Acquisitions – Do more than just kick tyres..

So, this is just going to be a quick update, heaps to fill you in on in the coming month including a woe to go step by step on creating an e-commerce store which began making profits in days!

But I have to post this up as it’s a topic that I’ve been asked about at least 20 times in the past week alone.

“How do I know I’m buying a legitimate website?”

First off, I’ll double down on one of my golden rules here: There are NO short cuts.

That means that to buy a successful website you have two options.

1) Buy an existing, SUCCESSFUL website, be it operating on autopilot or with a tried and proven formula. This requires due diligence, objectivity, potentially a wait until you see any real ROI, and hard work to get you to the point where you have the capital to invest. Such a site generally won’t come cheap.

2) Buy an existing MODEL, that is a starter site, a concept, a web page with little revenue etc. These websites can come cheap – and often with lots of promises.

Exceptions always exist, people may have legitimate reasons for offloading profitable assets at fire sale prices; but we’ll focus on the norms.

The questions you should ask when buying an existing business, particularly a web business are generally the same in either scenario above. But the sales pitch tends to be more elaborate and set to pray on the un-initiated in the latter instance. So whilst the below focuses on a level of skepticism, they are certainly things to keep in mind when buying ANY web based business.

My Top Ten questions:

1. How does the Website generate MONEY? What is the product? What are the profit margins? What are the costs? What are the risks? What is the exposure? Who sells the product? Is there stock? Copyright? Does the product exist at all? Is the product quality?

2. How does the Website Generate Traffic? How many backlinks are there? Which are genuine? Does it rely on paid traffic? If so what is the budget? Are social media likes and followers genuine (tip: Check to see if cheap likes have been bought – typically if a seller claims to focus in say the US but all of its followers are in Asia, it is a red flag). Are any metrics available eg Google Analytics? What is the Bounce rate? I.E. how many of those users stick around and how many are bots / people that fail to get captivated?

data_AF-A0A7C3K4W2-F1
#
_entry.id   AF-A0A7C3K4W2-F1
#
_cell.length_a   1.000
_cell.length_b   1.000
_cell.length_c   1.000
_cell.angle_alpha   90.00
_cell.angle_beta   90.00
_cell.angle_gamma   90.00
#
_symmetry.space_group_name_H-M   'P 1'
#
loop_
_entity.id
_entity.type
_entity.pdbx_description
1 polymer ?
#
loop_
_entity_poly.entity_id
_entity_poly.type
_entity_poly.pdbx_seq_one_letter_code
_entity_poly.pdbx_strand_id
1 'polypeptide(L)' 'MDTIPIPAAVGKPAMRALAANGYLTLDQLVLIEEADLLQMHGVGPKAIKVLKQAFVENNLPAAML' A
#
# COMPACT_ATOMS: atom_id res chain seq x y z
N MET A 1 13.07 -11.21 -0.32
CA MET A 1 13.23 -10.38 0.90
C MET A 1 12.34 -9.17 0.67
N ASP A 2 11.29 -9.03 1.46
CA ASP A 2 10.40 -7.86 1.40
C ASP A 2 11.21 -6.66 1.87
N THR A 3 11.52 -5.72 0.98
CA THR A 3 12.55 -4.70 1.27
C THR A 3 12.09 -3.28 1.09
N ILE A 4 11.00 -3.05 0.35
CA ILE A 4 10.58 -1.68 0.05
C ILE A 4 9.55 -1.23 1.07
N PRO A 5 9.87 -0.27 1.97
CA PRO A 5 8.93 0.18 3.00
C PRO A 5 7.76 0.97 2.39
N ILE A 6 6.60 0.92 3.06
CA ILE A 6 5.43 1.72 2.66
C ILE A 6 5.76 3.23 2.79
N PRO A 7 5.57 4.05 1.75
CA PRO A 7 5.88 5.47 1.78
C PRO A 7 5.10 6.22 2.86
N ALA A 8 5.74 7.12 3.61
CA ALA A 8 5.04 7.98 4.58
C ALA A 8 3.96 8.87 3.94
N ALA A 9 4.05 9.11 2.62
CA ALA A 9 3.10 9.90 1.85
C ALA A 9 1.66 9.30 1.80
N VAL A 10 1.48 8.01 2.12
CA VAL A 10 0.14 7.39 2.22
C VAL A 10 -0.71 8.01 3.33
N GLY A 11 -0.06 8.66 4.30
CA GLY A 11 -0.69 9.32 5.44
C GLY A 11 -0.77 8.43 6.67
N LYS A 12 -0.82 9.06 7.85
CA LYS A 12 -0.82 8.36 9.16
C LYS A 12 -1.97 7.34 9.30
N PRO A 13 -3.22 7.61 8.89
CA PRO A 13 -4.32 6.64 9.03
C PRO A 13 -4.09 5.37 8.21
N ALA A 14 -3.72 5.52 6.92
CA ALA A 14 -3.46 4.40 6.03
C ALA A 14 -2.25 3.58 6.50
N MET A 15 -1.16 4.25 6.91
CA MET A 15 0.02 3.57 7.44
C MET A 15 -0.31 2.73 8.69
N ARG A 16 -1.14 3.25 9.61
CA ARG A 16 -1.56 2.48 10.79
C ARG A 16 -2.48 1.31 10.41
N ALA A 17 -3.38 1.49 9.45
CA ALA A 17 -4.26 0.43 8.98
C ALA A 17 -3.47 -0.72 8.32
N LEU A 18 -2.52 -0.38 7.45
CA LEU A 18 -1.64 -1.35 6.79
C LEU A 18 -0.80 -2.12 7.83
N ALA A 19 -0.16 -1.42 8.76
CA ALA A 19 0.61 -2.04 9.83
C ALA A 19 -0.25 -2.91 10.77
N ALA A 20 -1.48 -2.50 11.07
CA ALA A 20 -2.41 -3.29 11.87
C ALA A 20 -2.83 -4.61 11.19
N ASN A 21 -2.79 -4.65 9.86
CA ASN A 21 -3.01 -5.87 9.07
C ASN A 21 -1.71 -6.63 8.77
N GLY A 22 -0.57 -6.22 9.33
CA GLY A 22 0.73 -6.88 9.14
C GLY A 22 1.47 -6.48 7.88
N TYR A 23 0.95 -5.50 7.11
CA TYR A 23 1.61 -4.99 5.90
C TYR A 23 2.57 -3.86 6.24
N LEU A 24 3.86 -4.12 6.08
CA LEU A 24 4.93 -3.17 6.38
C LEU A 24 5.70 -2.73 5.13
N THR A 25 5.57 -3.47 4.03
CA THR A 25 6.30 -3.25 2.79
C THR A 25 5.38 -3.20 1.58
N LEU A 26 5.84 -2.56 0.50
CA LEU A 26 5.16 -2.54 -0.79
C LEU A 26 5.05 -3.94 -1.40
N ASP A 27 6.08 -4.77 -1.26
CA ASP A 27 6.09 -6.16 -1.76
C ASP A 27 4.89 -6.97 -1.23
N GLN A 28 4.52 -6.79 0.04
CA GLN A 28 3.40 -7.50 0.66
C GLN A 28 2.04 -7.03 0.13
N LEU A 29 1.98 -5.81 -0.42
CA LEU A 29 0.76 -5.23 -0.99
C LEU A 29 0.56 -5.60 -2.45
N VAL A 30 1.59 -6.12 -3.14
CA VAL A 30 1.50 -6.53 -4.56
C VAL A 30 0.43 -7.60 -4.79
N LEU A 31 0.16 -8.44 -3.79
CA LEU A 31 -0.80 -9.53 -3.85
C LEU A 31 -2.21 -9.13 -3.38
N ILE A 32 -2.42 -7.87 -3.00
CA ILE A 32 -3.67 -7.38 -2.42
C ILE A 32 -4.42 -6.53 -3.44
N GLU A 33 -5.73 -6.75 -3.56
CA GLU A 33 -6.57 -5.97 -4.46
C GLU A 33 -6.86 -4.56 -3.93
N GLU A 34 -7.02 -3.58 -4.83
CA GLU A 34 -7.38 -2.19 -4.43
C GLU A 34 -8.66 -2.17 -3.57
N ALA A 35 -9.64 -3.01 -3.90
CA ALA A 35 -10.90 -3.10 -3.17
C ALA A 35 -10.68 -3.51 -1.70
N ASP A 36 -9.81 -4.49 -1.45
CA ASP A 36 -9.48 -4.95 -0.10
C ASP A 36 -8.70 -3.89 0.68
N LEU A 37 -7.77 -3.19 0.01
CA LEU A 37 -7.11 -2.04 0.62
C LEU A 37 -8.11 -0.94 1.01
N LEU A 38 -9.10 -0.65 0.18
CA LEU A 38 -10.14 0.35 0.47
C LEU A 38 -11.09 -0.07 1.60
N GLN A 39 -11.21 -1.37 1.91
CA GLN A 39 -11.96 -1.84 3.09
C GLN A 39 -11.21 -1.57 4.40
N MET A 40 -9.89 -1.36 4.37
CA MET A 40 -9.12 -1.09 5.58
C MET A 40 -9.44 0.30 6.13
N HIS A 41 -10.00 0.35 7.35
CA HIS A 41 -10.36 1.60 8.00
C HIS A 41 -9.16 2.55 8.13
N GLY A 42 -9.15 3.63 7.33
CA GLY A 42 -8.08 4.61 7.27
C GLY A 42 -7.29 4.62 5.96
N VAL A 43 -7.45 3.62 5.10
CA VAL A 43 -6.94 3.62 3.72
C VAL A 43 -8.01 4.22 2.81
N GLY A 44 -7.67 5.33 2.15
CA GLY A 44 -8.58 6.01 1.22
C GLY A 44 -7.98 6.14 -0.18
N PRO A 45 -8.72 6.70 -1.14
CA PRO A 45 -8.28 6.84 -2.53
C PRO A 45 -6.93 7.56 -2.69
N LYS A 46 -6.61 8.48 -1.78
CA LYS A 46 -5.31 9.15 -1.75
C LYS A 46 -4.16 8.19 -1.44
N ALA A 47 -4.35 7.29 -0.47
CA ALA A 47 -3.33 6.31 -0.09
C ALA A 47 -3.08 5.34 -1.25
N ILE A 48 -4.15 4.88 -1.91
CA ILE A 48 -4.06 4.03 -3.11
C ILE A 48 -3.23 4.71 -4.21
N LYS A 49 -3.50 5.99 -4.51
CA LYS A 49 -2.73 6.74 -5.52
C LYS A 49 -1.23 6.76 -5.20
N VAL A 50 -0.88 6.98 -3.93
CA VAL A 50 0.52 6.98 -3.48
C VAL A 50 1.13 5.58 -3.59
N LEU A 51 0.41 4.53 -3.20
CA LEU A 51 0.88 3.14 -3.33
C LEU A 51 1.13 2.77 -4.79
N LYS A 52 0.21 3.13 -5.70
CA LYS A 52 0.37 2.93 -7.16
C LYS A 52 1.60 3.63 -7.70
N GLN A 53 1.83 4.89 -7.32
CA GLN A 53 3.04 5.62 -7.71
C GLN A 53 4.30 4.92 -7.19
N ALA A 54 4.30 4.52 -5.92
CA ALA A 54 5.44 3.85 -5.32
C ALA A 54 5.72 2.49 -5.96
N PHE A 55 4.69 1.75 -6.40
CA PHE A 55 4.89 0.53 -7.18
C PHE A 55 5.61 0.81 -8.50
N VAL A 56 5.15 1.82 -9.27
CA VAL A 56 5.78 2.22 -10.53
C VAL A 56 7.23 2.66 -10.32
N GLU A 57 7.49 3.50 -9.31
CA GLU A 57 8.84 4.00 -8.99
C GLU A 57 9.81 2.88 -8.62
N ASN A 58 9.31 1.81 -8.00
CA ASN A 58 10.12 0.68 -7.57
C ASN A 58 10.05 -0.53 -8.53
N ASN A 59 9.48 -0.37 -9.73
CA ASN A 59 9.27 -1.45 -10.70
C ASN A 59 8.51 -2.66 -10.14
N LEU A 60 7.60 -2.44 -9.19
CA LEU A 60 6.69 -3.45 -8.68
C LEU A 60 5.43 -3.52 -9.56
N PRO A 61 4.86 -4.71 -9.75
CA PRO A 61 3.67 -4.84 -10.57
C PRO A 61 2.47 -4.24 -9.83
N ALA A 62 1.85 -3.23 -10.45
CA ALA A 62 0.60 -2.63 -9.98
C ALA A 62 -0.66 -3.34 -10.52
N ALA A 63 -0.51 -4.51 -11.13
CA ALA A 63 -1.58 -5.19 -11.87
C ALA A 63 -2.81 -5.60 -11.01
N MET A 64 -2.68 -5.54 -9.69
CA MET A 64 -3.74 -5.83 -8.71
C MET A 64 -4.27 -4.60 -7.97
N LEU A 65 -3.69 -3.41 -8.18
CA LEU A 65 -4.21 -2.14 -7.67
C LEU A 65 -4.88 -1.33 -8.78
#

3. How long has it been around? Do the records match any claims? Search for blocks of text on google, find out if the website has simply been duplicated from other websites. Do the social media histories align? Is there a history of engagement on them? If a recent site, does the facebook go back longer than the claimed website Start date? A sign of using false traffic or an obsolete page to drive traffic.

4. What is the sales/traffic history? Look at the trends. Are there dips? Peaks? Correlations between the two? If so Why. Be wary of sharp rises and drops which suggest increases in add expenditure or penalties or outages. If revenue drops off steeply, was there a supply issue?

5. What is the Profit, Revenue and actually quite critically although often overlooked – units of sales? It’s all well and good seeing that a website made $500 in its first month, but is that through 1 sale or 100? if the latter, is the amount of money that they pumped into advertising actually true? If the former, was it a high-ticket item that was seasonal? Or perhaps the supplier no longer exists?

6. Are the sales genuine? Don’t just ask for figures, ask for a live screen share of the sales. Any purchase should be open book, so ‘we’re protecting out customers and not sharing their info’ might not be a good enough answer here. Are the sales legitimate, Different, genuine sounding names and addresses with email addresses and phone numbers? Look for a variety of geographical locations and be wary of any dodgy looking patterns. You can even propose that you call one of the buyers of a high ticket item in the presence of the seller as a courtesy to ‘check how we performed’. Most won’t mind if they have spent say $500 on a product.